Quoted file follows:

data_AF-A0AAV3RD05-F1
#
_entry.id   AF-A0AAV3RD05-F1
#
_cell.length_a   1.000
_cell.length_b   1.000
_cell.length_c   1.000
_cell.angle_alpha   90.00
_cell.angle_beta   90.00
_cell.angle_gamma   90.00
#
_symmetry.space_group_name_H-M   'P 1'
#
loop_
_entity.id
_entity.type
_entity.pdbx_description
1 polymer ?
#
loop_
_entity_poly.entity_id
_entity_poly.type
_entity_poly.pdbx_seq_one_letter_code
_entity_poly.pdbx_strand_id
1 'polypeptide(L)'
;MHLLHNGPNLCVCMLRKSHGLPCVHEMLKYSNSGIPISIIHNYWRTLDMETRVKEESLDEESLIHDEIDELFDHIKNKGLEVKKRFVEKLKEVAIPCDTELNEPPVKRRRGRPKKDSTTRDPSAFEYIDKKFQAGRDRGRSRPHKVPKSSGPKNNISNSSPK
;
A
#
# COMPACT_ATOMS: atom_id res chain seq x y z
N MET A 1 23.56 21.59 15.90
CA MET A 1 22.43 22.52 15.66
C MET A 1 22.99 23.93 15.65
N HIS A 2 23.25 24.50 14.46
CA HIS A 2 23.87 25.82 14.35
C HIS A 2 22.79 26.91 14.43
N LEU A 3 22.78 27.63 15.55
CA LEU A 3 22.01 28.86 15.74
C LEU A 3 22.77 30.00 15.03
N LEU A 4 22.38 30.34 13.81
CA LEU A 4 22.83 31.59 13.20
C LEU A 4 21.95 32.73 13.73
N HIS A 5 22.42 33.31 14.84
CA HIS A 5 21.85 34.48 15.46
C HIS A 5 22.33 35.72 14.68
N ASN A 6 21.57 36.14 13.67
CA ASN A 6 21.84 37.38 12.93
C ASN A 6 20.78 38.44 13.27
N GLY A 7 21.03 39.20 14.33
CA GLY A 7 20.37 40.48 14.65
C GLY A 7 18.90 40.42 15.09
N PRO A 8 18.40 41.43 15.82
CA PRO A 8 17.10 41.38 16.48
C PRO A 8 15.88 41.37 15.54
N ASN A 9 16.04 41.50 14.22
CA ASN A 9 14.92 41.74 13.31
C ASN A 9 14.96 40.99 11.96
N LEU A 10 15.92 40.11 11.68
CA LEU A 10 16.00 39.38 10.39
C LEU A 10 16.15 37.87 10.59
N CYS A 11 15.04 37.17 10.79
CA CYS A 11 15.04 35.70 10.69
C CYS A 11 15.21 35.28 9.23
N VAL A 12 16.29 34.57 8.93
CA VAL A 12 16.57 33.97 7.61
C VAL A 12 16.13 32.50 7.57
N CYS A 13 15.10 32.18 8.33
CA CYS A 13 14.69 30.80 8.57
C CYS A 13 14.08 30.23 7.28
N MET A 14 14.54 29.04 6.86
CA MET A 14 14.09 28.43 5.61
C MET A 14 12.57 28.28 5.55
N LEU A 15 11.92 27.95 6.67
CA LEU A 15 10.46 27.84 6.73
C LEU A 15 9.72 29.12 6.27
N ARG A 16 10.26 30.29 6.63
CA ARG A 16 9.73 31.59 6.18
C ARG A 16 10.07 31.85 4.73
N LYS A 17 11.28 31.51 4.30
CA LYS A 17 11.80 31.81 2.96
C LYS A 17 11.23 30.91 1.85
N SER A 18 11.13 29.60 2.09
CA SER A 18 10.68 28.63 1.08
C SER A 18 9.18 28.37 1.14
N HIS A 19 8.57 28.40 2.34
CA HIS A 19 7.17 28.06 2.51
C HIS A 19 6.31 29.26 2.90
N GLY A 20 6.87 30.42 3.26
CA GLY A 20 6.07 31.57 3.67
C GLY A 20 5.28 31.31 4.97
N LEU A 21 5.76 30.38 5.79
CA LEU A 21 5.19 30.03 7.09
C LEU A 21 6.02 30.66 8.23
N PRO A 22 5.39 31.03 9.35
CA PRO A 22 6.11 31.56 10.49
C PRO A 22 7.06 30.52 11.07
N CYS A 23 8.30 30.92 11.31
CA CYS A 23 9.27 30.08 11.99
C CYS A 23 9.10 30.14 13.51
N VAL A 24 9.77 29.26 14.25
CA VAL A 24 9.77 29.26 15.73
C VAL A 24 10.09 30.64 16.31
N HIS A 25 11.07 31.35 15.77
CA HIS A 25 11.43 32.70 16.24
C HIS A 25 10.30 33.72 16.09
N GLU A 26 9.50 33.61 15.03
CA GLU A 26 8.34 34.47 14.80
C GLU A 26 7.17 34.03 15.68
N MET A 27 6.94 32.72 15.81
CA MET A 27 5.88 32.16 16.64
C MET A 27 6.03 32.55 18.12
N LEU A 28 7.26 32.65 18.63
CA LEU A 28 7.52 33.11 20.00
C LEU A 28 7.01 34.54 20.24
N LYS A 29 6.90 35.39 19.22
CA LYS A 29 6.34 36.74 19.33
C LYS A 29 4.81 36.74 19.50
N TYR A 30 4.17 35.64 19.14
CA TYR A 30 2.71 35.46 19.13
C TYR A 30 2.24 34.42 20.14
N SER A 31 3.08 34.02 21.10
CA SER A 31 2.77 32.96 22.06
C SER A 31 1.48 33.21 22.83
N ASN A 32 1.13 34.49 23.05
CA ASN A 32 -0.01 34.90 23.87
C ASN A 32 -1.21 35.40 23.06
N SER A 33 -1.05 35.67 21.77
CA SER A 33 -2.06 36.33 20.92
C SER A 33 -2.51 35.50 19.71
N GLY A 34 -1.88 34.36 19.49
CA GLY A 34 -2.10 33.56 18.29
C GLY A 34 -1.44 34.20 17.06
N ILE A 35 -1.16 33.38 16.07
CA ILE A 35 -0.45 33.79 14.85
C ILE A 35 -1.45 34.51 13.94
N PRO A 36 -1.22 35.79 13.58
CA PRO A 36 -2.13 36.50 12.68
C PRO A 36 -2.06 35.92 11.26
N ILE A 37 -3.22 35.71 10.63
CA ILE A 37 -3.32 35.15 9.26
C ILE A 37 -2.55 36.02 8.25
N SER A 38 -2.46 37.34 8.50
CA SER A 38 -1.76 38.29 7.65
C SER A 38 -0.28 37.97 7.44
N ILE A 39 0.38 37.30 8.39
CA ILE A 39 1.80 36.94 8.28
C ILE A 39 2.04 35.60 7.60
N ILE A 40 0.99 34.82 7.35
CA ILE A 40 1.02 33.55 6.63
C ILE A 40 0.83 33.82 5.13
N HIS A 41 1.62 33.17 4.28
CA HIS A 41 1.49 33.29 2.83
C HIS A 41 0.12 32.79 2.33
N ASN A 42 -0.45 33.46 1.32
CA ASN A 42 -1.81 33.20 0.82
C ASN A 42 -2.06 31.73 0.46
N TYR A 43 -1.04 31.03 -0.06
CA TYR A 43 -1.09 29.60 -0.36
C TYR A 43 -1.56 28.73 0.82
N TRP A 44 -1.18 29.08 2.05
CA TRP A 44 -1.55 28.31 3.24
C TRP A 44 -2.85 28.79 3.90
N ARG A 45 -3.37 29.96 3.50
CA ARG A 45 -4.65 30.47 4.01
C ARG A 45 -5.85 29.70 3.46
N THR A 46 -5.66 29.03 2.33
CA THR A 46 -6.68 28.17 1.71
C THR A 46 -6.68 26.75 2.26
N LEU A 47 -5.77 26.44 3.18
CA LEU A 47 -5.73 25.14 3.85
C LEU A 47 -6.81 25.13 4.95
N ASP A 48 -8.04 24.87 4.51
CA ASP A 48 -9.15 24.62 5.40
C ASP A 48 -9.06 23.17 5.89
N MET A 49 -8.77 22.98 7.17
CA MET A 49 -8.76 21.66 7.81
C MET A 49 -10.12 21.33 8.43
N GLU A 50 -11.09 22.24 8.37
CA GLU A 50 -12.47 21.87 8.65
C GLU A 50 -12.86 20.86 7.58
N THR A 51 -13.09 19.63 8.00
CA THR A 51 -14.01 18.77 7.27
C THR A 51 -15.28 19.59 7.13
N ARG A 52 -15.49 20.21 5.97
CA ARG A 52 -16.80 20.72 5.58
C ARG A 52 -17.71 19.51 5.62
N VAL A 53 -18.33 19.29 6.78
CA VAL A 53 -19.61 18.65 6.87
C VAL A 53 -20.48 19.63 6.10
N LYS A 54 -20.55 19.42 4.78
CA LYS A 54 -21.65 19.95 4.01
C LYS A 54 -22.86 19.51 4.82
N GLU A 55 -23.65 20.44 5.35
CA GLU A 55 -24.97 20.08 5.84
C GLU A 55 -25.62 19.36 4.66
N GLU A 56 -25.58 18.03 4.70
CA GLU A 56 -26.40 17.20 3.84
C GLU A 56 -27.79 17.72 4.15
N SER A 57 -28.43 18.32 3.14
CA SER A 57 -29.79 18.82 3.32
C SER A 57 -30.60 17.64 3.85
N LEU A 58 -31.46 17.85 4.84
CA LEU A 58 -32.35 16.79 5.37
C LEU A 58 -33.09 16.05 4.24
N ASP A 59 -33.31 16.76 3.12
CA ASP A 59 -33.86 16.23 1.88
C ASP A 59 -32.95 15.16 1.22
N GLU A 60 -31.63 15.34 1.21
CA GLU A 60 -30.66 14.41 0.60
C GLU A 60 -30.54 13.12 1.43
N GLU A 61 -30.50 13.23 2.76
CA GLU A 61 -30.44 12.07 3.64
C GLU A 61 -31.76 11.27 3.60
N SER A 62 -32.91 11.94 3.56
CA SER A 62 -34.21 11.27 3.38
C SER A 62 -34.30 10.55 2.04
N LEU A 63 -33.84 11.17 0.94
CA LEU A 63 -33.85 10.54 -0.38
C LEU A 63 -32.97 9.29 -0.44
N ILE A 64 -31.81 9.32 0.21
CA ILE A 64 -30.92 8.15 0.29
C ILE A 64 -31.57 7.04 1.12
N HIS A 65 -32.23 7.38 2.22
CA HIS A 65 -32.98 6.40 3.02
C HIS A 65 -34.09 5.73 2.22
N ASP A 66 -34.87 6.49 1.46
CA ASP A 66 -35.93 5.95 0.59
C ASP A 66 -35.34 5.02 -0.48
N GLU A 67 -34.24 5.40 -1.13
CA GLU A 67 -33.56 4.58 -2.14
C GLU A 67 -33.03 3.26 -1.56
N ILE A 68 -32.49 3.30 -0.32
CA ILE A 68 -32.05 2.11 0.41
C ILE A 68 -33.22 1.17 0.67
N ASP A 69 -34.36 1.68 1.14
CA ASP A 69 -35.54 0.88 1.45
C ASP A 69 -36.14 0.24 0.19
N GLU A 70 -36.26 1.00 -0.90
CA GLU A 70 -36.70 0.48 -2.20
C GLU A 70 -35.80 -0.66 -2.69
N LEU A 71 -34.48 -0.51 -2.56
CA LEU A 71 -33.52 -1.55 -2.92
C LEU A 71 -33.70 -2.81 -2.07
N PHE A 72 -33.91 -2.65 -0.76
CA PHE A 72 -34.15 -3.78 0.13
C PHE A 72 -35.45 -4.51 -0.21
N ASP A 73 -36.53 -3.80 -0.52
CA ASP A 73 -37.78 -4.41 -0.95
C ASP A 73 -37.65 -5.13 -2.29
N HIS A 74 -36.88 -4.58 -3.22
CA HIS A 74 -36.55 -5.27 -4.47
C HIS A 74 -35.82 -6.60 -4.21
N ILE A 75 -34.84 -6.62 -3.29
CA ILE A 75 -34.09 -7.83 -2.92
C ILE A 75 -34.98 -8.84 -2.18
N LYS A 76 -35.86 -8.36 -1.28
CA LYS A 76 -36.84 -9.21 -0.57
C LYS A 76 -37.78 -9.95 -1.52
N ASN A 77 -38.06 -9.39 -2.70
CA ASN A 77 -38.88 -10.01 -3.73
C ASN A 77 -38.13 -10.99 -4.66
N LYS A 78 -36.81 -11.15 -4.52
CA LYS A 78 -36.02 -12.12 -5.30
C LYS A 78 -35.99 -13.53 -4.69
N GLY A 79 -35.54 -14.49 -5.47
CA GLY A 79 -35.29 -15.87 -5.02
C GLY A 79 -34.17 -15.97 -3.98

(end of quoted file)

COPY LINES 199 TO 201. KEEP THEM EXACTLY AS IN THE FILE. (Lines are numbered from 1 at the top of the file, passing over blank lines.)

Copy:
N SER A 57 -28.43 18.32 3.14
CA SER A 57 -29.79 18.82 3.32
C SER A 57 -30.60 17.64 3.85